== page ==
As described above, the time difference t2−t1 is dependent on the diameter of a coin under test but in order to obtain a meaningful value, a correction must be made to take account of the velocity of the coin. In the present embodiment, the coin's velocity is derived from the time difference t3−t2. This time difference depends on the peak coil signal which is indicative of the material from which the coin is formed. However, the peak coil signal is available as part of the conventional inductive testing and can be used to select a predetermined correction factor. It should be borne in mind that correction factors are required only where the materials and/or thickness indicates that the coin may be acceptable.

Another sensor, suitable for use in place of the optical and inductive sensors used in the foregoing embodiments, will now be described with reference to FIGS. 20 and 21.

Referring to FIG. 20, a sensor comprises a flap 55 extending across the depth b of the upper part 2 a of the coin passageway from the back wall thereof. The flap 55 also extends across the full width of the upper part 2 a of the coin passageway. The flap 55 is pivotably mounted to the back wall of the coin passageway by a pair of spaced light leaf springs 56,57. A piezo-electric film 58 extends from the flap 55 to the back wall of the coin passageway between the leaf springs 56,57. The film 58 may be polyvinylidene fluoride (PVDF) sold by AMP under the trade mark Kynar®.

Referring to FIG. 21, as a coin 25 travels down the coin passageway it hits the flap 55 causing it to pivot downwardly against the leaf springs. The pivoting of the flap 55 stresses the piezo-electric film 58 which generates an electrical signal. This electric signal continues to be produced as long as the flap 55 is displaced from its rest position. Once the coin 25 has passed the flap 55, the leaf springs return it to its rest position, relieving the stress in the piezo-electric film 58 and terminating the electric signal.

It will be appreciated that the duration of the electric signal produced by the piezo-electric film 58 will be dependent on the coin diameter, the speed of the coin and the length of the flap 55, perpendicular to the back wall of the coin passageway. Consequently, the equations given above will need to be modified to take this into account. However, since the length of the flap is known, the necessary modifications will be readily apparent to the skilled person.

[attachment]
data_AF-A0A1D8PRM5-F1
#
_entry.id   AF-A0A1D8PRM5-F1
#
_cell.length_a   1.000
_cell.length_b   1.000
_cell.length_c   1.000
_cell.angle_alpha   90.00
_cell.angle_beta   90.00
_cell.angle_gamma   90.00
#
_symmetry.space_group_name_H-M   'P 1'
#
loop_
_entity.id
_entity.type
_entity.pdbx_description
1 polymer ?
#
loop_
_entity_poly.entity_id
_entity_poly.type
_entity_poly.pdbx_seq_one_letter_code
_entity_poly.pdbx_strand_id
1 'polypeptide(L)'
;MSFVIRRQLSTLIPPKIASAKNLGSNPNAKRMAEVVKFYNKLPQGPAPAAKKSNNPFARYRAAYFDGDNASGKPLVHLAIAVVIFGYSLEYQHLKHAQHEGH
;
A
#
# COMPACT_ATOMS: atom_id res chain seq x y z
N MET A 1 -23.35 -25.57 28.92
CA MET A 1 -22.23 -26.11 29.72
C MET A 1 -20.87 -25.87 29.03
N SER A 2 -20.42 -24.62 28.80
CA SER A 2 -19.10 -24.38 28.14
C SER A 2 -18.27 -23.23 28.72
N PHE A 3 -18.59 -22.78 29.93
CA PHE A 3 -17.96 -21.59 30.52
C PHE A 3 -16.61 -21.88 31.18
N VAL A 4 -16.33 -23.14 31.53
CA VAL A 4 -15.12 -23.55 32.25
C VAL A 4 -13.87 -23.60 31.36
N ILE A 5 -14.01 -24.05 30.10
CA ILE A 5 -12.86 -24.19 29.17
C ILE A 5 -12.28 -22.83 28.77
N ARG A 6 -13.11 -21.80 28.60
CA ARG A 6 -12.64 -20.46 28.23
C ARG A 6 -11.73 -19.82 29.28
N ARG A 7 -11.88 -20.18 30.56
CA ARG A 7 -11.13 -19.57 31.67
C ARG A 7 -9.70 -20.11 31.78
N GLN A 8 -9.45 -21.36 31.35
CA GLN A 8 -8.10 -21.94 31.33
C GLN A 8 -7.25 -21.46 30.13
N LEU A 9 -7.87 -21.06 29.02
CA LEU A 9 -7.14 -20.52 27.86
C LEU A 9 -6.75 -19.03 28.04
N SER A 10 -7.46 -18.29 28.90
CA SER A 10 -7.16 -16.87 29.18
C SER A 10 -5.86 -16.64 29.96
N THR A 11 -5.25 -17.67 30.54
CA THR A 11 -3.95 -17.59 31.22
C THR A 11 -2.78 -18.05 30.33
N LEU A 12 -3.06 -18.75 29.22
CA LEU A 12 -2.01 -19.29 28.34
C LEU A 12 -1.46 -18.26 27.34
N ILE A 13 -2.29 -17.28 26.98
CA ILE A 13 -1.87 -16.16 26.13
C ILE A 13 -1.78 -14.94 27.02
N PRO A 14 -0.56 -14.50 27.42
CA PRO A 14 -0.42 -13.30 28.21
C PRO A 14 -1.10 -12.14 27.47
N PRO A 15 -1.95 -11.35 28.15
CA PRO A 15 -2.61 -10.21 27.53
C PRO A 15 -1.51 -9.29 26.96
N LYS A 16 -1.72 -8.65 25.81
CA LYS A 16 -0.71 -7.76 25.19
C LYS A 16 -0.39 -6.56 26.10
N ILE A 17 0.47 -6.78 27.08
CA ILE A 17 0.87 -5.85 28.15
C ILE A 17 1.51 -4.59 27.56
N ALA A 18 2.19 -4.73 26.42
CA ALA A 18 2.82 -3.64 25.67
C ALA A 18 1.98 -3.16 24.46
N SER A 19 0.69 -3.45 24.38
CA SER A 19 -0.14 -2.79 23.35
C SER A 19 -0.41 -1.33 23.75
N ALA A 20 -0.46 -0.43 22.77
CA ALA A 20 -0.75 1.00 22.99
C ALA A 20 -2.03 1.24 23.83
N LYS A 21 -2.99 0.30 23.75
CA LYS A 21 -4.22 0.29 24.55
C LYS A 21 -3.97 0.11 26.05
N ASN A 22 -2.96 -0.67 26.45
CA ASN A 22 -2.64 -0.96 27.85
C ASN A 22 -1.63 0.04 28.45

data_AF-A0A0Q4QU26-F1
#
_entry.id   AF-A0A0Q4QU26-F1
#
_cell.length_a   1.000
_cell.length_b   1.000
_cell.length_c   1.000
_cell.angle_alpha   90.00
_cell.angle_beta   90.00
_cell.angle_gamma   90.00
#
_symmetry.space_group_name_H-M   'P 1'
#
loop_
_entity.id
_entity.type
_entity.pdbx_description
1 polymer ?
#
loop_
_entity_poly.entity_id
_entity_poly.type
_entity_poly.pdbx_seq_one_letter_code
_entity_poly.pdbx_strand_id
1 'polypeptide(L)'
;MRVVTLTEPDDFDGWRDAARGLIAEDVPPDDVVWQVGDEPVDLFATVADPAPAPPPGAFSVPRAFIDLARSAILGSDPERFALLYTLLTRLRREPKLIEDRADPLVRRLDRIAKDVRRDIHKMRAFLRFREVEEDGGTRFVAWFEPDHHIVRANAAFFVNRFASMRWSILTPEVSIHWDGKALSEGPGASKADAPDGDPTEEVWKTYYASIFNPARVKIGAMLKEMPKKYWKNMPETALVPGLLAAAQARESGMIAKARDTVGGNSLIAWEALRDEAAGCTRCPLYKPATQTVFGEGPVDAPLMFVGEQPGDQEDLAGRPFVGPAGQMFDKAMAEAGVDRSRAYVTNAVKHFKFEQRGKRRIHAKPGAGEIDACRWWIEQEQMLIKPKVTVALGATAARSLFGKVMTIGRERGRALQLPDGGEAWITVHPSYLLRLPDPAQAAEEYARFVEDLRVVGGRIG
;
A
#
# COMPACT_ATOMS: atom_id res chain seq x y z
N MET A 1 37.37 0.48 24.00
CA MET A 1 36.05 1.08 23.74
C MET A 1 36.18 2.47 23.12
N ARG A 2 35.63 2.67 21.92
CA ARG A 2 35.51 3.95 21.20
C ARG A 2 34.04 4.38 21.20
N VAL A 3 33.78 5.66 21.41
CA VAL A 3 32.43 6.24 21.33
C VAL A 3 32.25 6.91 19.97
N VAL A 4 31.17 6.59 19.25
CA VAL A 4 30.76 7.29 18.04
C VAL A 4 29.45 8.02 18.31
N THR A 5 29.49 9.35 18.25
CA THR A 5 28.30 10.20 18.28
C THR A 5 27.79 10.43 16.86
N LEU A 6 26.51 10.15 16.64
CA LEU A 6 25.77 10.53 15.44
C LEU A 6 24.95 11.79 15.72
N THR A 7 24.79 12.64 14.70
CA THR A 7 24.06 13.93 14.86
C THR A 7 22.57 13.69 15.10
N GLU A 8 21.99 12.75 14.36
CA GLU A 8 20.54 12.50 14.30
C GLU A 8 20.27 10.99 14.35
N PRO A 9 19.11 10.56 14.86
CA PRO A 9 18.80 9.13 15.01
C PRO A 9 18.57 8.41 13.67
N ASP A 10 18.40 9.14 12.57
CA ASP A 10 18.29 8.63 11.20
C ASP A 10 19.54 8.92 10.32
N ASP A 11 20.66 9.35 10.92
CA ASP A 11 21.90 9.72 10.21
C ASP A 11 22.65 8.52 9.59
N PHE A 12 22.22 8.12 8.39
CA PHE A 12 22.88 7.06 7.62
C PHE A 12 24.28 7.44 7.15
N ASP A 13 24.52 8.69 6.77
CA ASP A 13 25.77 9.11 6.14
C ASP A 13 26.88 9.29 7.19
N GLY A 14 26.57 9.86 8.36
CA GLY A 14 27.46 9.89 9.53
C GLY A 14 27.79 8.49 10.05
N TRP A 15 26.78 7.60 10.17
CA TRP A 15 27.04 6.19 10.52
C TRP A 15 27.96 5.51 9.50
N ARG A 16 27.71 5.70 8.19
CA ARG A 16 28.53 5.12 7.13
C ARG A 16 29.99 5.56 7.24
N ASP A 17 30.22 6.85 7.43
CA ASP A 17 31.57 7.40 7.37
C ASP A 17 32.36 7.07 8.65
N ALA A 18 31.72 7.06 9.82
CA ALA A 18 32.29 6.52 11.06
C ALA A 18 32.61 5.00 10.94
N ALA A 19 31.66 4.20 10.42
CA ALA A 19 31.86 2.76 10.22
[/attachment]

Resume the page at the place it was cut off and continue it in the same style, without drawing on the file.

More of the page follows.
A modification whereby the depth of the coin passageway can be varied will now be described with reference to FIG. 22, wherein like parts have the same reference signs as in FIGS. 1 and 2.

Referring to FIG. 22, the element 60 forming the back wall of the coin passageway 2 is provided with a pair of vertical slots 61,62. One slot 61,62 is provided on each side of the upper portion 2 a of the coin passageway 2. Since, the element 60 is formed of plastics material, the back wall of the upper portion 2 a of the passageway 2 is able to bend to and from about a line joining the bottoms of the slots 61,62.

A cam 63 is mounted behind the element 60 and bears against the back wall of the passageway 2. The cam 63 can be rotated which causes the back wall of the upper passageway portion 2 a to be moved to and from (as indicated by the double headed arrow in FIG. 22), thereby altering the depth b (as indicated in FIG. 2) of the upper portion 2 a. The bearing surface of the cam 63 is formed as a plurality of elongate flats so that the cam 63 will not be turned by a force applied to the back wall of the upper passageway portion 2 a. In use, the cam 63 is rotated into a position which sets the depth b of the upper passageway portion 2 a to be appropriate for the coins for which the validator is designed. Thereafter, the cam 63 is not moved unless the validator is to be used with a different coin set. In the embodiment shown in FIG. 19, the coil 12 is mounted to the moveable part of the element 60 and is dimensioned such that it does not extend beyond the slots 61,62. This means that the coil 12 is kept as close as is possible to coins travelling through the passageway 2 whatever the position of the cam 63.

In the interests of clarity, only the optical, inductive and piezo-electric sensors particular to the present invention have been described. However, the skilled person will appreciate that additional sensors and/or anti-fraud devices, of which many am known in the art, could be used in addition to the sensors described above.

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Classifications
U.S. Classification194/317, 194/334
International ClassificationG07D5/08, G07D5/00, G07D5/02
Cooperative ClassificationG07D5/02, G07D5/08
European ClassificationG07D5/02, G07D5/08